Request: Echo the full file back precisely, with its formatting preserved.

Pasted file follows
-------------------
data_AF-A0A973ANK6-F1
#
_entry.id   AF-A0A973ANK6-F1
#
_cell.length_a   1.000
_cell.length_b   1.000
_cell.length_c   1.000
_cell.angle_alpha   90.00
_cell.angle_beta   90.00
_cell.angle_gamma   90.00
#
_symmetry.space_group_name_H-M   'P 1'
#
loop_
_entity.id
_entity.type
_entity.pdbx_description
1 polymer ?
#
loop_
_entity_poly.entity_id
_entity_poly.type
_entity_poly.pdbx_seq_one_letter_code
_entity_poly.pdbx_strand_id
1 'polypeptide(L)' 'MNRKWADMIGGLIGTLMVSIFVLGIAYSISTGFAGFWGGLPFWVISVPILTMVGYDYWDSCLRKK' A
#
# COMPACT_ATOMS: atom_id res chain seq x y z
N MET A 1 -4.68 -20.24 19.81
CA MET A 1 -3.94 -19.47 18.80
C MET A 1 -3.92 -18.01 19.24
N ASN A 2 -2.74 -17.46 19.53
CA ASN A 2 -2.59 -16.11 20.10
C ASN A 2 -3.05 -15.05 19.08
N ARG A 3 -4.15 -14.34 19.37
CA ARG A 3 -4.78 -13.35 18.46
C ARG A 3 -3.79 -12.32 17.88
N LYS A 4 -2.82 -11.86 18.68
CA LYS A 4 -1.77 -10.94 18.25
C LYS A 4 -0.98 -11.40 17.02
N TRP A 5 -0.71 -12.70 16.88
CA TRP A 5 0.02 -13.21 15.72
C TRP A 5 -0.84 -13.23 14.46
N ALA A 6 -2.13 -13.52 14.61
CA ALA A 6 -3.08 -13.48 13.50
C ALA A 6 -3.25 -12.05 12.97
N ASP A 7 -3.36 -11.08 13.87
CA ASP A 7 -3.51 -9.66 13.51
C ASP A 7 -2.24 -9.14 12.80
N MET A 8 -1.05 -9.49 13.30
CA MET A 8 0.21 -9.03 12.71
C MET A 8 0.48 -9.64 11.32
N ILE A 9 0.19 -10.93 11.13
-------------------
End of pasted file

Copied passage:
data_AF-A0A973ANK6-F1
#
_entry.id   AF-A0A973ANK6-F1
#
_cell.length_a   1.000
_cell.length_b   1.000
_cell.length_c   1.000
_cell.angle_alpha   90.00
_cell.angle_beta   90.00
_cell.angle_gamma   90.00
#
_symmetry.space_group_name_H-M   'P 1'
#
loop_
_entity.id
_entity.type
_entity.pdbx_description
1 polymer ?
#
loop_
_entity_poly.entity_id
_entity_poly.type
_entity_poly.pdbx_seq_one_letter_code
_entity_poly.pdbx_strand_id
1 'polypeptide(L)' 'MNRKWADMIGGLIGTLMVSIFVLGIAYSISTGFAGFWGGLPFWVISVPILTMVGYDYWDSCLRKK' A
#
# COMPACT_ATOMS: atom_id res chain seq x y z
N MET A 1 -4.68 -20.24 19.81
CA MET A 1 -3.94 -19.47 18.80
C MET A 1 -3.92 -18.01 19.24
N ASN A 2 -2.74 -17.46 19.53
CA ASN A 2 -2.59 -16.11 20.10
C ASN A 2 -3.05 -15.05 19.08
N ARG A 3 -4.15 -14.34 19.37
CA ARG A 3 -4.78 -13.35 18.46
C ARG A 3 -3.79 -12.32 17.88
N LYS A 4 -2.82 -11.86 18.68
CA LYS A 4 -1.77 -10.94 18.25
C LYS A 4 -0.98 -11.40 17.02
N TRP A 5 -0.71 -12.70 16.88
CA TRP A 5 0.02 -13.21 15.72
C TRP A 5 -0.84 -13.23 14.46
N ALA A 6 -2.13 -13.52 14.61
CA ALA A 6 -3.08 -13.48 13.50
C ALA A 6 -3.25 -12.05 12.97
N ASP A 7 -3.36 -11.08 13.87
CA ASP A 7 -3.51 -9.66 13.51
C ASP A 7 -2.24 -9.14 12.80
N MET A 8 -1.05 -9.49 13.30
CA MET A 8 0.21 -9.03 12.71
C MET A 8 0.48 -9.64 11.32
N ILE A 9 0.19 -10.93 11.13